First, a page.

The heated battle over abortion, contraception and women’s health care has taken on such a life of its own that no one has noticed who is getting hurt the most…the babies.
The most recent twist to the already twisted issue is the show down between the State of Texas and Medicaid, which provides funding for health care services for women in poverty. Texas Governor Rick Perry signed a new state law that excludes Planned Parenthood programs from receiving Medicaid reimbursements. In effect, the Texas legislature passed a law that violates federal law on how Medicaid is administered. In response the Center for Medicaid and State Operations cancelled all funding for women’s health services, gutting poor women’s access to good care in Texas.
The big winner? I don’t know who that could be. The biggest losers are most certainly the babies who will be born without pre-natal care. In addition to family planning (including both contraception and abortion counseling) Planned Parenthood has provided both preventive care exams and pre-natal care. This pre-natal care is perhaps the most crucial predictor of a baby’s future health. This is when moms-to-be get get their advice about nutrition, vitamins and lifestyle choices. They receive information about the tragic effects of alcohol and drug use. If poor women can’t see a doctor during pregnancy, who will test them for gestational diabetes or other conditions that can harm them and their babies?
Opposition to abortion does look like a war on women. For decades now activists have slowly tightened state laws until a woman can only obtain an abortion if she is able to pay the cost of traveling to a provider, pay to see the provider, and spend days and dollars for legally mandated waiting periods to obtain the procedure. Some states are trying to mandate that doctors must mislead women about connections between abortion and breast cancer. Arizona’s House of Representatives passed a bill this month that would make it easier for an employer to fire a woman for using birth control.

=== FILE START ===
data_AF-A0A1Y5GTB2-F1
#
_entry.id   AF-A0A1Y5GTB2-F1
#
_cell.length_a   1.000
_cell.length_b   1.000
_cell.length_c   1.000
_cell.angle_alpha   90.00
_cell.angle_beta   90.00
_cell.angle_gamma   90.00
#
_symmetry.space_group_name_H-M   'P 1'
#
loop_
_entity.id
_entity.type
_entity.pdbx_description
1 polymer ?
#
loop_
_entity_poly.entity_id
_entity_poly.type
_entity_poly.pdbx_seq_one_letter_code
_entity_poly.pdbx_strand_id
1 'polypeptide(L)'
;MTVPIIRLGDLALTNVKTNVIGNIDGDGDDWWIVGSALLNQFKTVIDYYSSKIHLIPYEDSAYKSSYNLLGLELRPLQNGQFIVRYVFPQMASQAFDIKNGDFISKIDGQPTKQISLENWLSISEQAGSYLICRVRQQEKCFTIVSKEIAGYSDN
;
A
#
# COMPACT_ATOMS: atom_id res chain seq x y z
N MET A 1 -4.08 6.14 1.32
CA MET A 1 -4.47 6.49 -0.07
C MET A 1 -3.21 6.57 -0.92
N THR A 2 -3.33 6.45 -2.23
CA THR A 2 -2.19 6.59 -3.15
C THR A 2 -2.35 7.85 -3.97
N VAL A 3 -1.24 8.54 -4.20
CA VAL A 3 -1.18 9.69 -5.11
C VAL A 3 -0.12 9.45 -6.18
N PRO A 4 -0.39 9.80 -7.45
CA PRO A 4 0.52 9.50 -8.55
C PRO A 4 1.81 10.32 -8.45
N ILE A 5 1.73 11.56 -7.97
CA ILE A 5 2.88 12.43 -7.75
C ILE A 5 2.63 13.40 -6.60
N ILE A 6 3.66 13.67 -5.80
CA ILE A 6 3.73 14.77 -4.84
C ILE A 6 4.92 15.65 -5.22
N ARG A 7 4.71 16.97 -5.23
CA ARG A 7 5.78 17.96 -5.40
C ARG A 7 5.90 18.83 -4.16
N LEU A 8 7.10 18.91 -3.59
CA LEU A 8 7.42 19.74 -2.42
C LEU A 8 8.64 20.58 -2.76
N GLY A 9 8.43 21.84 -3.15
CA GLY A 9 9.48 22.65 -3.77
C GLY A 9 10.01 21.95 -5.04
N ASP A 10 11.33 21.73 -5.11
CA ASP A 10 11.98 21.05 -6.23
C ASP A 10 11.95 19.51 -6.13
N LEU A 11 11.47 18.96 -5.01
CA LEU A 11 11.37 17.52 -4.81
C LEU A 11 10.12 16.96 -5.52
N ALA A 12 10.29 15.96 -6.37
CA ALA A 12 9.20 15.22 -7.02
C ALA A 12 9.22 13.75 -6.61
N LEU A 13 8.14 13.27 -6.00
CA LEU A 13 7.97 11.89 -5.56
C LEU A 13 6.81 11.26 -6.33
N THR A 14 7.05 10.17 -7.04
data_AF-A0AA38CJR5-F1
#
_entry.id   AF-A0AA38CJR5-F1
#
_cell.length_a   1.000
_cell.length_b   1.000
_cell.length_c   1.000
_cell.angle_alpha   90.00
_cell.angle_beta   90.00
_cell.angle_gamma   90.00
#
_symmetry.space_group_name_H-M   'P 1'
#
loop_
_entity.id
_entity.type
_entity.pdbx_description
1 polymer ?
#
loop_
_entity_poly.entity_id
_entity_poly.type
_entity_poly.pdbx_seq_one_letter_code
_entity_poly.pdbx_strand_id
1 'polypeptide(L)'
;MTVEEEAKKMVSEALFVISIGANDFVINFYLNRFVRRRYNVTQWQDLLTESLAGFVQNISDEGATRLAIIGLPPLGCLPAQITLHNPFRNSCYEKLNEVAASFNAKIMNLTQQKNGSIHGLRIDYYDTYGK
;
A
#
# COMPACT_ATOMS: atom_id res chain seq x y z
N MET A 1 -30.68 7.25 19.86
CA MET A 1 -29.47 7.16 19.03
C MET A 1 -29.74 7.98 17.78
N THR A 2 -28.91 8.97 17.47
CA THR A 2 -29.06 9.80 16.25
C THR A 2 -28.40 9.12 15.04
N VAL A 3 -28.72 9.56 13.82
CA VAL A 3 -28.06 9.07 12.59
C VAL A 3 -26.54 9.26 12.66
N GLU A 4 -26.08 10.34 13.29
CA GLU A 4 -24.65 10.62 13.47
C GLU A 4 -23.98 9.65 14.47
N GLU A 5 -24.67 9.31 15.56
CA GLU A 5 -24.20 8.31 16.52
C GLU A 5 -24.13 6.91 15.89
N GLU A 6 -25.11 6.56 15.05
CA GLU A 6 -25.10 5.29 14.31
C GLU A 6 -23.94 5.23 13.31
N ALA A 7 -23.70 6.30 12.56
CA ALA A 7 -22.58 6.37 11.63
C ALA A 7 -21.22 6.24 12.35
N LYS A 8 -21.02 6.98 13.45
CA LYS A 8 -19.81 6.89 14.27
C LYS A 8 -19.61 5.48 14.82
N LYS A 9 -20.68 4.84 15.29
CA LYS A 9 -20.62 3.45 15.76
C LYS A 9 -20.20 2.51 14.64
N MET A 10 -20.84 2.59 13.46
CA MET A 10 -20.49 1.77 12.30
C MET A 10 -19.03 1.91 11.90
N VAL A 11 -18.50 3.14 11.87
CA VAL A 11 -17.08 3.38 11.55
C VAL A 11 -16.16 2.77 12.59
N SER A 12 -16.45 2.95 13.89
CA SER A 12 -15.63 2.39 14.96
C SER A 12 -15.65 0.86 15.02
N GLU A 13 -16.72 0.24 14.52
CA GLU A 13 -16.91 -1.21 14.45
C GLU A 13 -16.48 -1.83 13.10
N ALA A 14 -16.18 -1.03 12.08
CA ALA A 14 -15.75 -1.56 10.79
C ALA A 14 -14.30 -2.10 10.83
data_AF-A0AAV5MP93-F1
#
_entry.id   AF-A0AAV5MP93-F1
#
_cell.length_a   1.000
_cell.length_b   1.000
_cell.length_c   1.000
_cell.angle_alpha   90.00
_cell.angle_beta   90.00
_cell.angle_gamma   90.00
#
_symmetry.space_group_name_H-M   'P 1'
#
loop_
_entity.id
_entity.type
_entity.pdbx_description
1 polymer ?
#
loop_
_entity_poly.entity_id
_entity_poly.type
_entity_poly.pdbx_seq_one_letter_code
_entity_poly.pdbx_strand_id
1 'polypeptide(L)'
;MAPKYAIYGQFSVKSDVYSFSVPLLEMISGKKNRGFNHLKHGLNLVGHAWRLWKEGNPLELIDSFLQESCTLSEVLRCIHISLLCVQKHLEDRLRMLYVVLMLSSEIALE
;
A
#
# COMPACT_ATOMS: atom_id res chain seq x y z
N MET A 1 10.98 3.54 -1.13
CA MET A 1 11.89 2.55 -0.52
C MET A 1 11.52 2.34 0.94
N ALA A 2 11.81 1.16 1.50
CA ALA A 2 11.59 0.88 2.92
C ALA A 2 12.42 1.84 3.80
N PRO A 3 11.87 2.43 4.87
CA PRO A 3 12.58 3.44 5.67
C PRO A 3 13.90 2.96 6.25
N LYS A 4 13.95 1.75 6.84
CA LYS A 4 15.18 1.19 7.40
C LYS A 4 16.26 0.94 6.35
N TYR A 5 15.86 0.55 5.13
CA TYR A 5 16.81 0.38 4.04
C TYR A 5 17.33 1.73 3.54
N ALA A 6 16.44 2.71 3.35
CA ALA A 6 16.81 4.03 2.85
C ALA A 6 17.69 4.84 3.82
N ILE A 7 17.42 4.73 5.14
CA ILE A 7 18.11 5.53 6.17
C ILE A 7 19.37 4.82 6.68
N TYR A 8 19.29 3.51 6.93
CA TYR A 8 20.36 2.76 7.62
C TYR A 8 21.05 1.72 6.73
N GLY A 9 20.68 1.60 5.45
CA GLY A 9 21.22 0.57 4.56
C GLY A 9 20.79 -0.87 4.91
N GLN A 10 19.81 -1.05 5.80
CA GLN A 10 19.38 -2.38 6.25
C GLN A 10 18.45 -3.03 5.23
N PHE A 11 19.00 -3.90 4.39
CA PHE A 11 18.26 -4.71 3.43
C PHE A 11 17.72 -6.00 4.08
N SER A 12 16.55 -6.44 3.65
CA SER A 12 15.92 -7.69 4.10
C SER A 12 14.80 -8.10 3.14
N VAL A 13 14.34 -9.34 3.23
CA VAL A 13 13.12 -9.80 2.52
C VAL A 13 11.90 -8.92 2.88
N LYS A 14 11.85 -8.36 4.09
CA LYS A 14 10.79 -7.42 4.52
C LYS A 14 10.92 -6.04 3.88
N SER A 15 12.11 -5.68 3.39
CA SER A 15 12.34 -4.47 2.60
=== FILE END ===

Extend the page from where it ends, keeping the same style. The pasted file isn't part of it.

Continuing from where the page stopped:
Even reauthorization of the Violence Against Women Act (VAWA) has hit a partisan divide. All Republicans in the Senate Judiciary Committee voted against it because an amendment expands protections for lesbian and gay partners as well as immigrants. Yet VAWA seeks to protect victims of domestic violence, who include pregnant women and small children.
Then there is the cut in funding to WIC, the supplemental food program that helps low income mothers with children under the age of 5. The 2012 budget passed by the U.S. House of Representatives cuts WIC so sharply it is estimated the program will have to turn away more than 700,000 eligible low-income women and young children next year.
There are efforts to block access to birth control. There are cuts to Planned Parenthood and its pre-natal care. There are opponents to VAWA and its protections against abuse. There are cuts to WIC, which helps with adequate nutrition for young children.
The battle over abortion, contraception and women’s health care services is on track for a head on collision. How do all of these disparate actions add up to protection for our babies?